Word games to boost early literacy skills: Alliteration activities

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Word games offer a fun way to take the first steps in teaching your child to read and spell. By connecting sounds to letters, children begin to recognize patterns and rhythm in language.  Inspired by National Poetry Month, play this fun word game with your child to encourage early childhood literacy.

Alliteration Activities

Many three to four-year-old children can already detect when words are alliterative (meaning that they start with the same sound) and when words are not.

  • Walk around the inside and outside of your home and together name objects that begin with the same sound. (For example: S-unshine, S-and, W-indow, W-all, D-oor, D-og, etc.)
  • Look for words on clothes, cereal boxes and toy packaging that begin with the same sound.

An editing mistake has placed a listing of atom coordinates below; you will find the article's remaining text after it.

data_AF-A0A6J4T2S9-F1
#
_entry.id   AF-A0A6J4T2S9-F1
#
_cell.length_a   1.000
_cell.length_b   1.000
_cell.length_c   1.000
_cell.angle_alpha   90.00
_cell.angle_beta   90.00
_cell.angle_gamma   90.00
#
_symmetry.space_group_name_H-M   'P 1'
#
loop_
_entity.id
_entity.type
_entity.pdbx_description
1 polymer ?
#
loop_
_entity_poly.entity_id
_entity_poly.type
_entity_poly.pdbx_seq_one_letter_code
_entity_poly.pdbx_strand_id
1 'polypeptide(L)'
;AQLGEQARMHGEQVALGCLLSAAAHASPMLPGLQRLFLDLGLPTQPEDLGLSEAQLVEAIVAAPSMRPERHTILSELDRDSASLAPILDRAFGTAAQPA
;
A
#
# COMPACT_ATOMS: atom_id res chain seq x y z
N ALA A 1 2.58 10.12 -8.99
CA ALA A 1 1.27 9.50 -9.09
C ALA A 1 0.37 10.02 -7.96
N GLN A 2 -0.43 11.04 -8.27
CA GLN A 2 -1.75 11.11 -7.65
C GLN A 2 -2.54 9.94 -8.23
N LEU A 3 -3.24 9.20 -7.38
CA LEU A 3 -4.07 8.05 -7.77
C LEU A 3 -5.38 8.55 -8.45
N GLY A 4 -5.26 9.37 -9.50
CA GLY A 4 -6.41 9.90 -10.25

• Ask children questions such as: Which word starts with the same sound as s-s-s-s-nake? Does baby? No. Does s-s-s-s-ister? Yes. Does dog? No.
  • Read alphabet books that introduce letter names and reinforce sounds.
  • Once your child has mastered alliteration, reverse roles and ask your child to test your knowledge of alliteration.

Want to find more word games to play?  Read about Rhyming fun posted on the Mass Literacy blog and keep your eyes peeled for more word games coming soon.

Jean Ciborowski Fahey, PhD is a 2014 Mass Literacy Champion. She is the author of Make Time for Reading: A Story Guide for Parents of Babies and Young Children. Learn more about Jean here.